When we evaluate our work we usually look at how it suits our skill-set, whether the schedule fits our needs, and if the salary is fair. We may not consider how much a job is costing us. I’m not talking about the intangible aspects of a job like health or commuting time. Sticking strictly with dollars and cents, every job has a cost. Weighing the costs against the benefits can give us a better idea of what the job is really worth.
I learned this lesson the hard way. When my husband returned from his second deployment, I took a job with a company 40 minutes from where we lived because we needed the extra money the income would provide. Some of the money was needed to simply cover the living expenses we had, but I also hoped to pay off some debts with what was left over.
When we found out I was pregnant with our fourth child, we started planning my exit from the company. I was four months pregnant when I left. I was exhausted, discouraged, and sadly, I was no better off financially than we had been just over a year earlier when I had started the job. It was time to do some nitty gritty reflection to figure out why. Here’s what I began to realize.
The job cost me a lot. It took my time, and it took massive amounts of energy. By the end, I was so exhausted that I could barely leave the couch on the weekends (which, of course, was made worse when I was in the first trimester of pregnancy). It cost gas in the car for the commute two ways and childcare expenses for our three kids (ages 6, 4, and 1 at the time).
With our efforts to keep the schedule going, we ate more packaged foods or ate out to save time or just because we were too tired to cook. There was more wear on the car, which required more maintenance because of the daily miles to and from my job. Plus, our costs for gas increased significantly as well. Finally, I had to buy specific outfits to fit my work environment. With every expense we endeavored to be frugal, but the costs still added up.
After a little over a year, the job had enabled us to stay financially afloat, but we had not made the financial progress I had envisioned because I failed to take into account the hidden costs of the job. When I left the job, I didn’t know how we would make it financially, but I knew that path wasn’t a good plan.
In their book Your Money or Your Life, Vicki Robin and Joe Dominguez outline several areas where a job may cost us. They offer a sample breakdown of what each main category costs in terms of time and money. The chart below is based on their categories and estimates plus a few of my own (see Your Money or Your Life, pp. 90-93).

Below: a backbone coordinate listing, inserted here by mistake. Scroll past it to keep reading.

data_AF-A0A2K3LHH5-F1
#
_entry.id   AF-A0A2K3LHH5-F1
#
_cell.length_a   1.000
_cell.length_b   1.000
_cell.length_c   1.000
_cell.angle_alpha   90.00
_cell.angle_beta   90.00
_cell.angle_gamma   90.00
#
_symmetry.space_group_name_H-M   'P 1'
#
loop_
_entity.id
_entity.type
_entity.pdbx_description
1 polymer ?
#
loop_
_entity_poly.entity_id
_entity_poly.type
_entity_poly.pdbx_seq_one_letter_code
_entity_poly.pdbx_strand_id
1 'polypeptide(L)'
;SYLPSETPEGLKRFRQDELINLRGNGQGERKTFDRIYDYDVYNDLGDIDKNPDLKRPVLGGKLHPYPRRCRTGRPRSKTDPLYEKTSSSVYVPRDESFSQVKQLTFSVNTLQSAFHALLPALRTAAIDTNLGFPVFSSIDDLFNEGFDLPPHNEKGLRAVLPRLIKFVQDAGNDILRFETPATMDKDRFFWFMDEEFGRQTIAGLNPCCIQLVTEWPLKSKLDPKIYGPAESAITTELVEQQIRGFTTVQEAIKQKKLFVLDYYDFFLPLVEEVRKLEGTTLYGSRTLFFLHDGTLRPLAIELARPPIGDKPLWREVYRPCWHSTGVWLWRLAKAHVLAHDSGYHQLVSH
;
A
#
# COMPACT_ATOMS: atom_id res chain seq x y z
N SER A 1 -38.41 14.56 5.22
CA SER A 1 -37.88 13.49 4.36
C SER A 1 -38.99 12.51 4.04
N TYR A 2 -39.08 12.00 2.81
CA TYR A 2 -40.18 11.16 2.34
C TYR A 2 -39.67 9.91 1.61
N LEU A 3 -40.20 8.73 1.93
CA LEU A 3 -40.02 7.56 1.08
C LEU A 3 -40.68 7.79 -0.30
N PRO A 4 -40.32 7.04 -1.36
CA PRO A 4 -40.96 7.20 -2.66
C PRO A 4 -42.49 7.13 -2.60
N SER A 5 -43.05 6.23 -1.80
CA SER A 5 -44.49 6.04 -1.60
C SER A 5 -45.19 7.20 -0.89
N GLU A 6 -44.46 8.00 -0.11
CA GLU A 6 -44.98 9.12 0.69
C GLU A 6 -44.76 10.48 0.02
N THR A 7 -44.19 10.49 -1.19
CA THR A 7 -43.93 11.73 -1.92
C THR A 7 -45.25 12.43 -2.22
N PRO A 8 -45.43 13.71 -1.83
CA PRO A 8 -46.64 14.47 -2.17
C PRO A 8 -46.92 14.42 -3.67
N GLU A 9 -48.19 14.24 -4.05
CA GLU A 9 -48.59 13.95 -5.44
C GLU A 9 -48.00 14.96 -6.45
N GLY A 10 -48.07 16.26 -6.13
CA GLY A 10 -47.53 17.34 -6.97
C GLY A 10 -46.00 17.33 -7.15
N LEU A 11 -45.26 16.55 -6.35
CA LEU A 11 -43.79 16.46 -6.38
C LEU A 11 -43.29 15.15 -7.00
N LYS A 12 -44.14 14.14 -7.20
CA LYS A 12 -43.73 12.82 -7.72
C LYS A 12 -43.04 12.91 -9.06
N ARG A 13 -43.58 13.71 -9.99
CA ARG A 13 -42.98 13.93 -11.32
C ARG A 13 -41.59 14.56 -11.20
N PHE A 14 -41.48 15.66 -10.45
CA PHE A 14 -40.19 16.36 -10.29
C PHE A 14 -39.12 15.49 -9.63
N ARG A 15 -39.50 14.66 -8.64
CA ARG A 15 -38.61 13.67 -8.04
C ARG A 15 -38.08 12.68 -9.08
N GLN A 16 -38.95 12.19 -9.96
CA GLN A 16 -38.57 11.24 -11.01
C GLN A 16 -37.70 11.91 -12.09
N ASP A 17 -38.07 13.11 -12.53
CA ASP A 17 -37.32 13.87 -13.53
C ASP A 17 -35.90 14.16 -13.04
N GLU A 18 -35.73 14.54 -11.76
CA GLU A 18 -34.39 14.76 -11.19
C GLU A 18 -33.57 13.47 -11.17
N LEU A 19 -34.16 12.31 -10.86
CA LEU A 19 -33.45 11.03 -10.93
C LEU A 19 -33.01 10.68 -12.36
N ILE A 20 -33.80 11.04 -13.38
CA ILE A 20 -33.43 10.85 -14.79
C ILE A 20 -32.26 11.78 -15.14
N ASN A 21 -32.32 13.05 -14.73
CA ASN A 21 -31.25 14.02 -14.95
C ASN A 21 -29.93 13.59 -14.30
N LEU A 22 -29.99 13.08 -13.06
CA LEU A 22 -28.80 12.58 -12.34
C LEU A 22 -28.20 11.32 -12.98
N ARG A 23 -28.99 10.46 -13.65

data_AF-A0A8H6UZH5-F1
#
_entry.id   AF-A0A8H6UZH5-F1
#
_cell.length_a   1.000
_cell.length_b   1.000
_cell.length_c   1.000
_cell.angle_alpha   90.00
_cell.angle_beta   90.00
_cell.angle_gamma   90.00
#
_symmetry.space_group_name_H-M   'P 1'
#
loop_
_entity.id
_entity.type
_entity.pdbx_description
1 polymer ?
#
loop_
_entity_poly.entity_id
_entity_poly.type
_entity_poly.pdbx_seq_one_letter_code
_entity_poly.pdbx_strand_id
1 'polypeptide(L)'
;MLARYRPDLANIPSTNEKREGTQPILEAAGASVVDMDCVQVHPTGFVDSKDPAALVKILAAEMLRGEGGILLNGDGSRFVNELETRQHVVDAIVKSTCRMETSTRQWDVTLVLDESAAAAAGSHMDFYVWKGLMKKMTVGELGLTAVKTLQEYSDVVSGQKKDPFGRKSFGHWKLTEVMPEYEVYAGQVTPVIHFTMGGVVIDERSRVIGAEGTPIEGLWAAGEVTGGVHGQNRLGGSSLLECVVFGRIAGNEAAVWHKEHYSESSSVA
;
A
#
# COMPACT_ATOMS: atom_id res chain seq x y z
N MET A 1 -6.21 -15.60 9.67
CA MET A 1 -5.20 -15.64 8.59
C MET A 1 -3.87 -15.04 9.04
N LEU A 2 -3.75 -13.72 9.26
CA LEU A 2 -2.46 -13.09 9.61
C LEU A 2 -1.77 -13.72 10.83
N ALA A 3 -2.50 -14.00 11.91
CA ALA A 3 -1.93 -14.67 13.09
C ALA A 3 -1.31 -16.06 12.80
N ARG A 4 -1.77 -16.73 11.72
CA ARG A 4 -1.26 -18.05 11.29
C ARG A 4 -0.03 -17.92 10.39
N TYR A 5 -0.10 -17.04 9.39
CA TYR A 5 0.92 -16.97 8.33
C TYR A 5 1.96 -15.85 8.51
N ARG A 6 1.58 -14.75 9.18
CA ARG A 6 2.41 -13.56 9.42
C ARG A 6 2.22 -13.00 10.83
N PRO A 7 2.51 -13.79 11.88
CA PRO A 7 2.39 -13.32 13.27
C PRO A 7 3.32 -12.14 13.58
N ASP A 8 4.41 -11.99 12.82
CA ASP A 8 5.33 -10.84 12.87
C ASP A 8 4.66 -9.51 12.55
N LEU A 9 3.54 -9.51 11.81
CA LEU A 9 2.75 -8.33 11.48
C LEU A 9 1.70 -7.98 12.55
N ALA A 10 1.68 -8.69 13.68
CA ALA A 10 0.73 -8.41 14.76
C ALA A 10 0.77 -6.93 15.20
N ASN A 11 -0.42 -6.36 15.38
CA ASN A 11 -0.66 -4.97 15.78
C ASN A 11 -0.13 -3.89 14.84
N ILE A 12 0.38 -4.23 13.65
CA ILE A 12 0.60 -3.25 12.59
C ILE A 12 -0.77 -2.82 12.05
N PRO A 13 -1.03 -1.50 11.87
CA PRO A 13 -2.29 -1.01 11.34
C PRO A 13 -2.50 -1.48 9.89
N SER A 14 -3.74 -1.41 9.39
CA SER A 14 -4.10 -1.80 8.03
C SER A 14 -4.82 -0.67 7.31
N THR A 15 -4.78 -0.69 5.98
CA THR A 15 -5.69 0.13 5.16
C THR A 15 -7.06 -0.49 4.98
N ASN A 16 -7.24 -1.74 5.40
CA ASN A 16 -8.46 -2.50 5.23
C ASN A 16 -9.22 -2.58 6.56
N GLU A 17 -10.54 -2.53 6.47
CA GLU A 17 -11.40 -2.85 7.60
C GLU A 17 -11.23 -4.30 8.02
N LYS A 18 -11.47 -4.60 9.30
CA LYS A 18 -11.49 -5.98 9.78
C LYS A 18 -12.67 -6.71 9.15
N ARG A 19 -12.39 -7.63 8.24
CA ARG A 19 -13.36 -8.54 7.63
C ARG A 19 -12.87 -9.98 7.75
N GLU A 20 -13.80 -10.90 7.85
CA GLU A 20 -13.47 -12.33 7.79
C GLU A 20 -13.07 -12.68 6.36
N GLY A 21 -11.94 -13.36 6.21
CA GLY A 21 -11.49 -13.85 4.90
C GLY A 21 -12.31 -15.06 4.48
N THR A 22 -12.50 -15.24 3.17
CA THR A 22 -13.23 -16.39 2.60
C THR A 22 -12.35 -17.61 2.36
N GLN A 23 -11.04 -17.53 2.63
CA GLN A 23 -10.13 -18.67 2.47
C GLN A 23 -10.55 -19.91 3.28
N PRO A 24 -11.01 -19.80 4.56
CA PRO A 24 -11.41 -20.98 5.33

|Category||Time per week||Money per week|
|Commuting (transportation to and from the job)||7.5 hours||$100|
|Clothes (suits, uniforms, etc.)||1.5 hours||$23|
|Meals (coffee or breakfast on the go, lunches out, business dinners, etc.)||5 hours||$40 +|
|Daily Decompression (treats after work to make up for the stress of the job such as a special drink, dessert, etc.)||5 hours||$30|
|Escape Entertainment (outings and activities to recharge from the job)||5 hours||$40|
|Vacations and Expensive Playthings (time to get away from the pressure of work and daily life)||5 hours||$30|
|Job-related Illness (stress, fatigue, injuries and other health issues related to a job)||1 hour||$22|
|Childcare and Education (expenses for a nanny or daycare, possibly private school tuition)||10 hours||$200+|
|Certifications, Continuing Education, and Professional Development (whatever you need to stay current in your field)||1 hour||$25|
While this is not an exhaustive list, it gives you an idea of the types of items your job may be costing you. You should make your own list that is specific to your situation and your job, then plug in the real numbers when you calculate each expense. Once you have done this, simple math will reveal how much the job is costing you compared to how much it is paying you. Subtracting the costs from the salary (weekly, monthly or yearly) will reveal how much your job is really worth.
Of course, our work has value beyond monetary computations, but it is fair to take a realistic look at the real income the job provides when these costs are factored in. If your job is personally fulfilling or serves as a step toward a larger goal, congratulations! Unfortunately, many people do not go to their jobs for the enrichment it offers to their lives. They go for the money – the income the job provides.
Taking a detailed look at what our jobs cost us is a vital step in making strategic life choices. For instance, you might decide to take a job with less pay that is in a closer location because you figured out that the cost of commuting makes up the difference in salary. Or maybe, like me, you’ll decide that the cost of childcare, meals, and “escape entertainment” outweighed the benefits of working outside my home. This led me to find work opportunities that I could do from my home. I now teach online college classes from anywhere I have my computer and an Internet connection. Whatever you discover when you add up the costs of your job, the information will equip you to make adjustments in your work, time and finances to plan your future.
Tell us what you think by adding your comments below. What job-related costs did you uncover? How will you use the information to plan your future?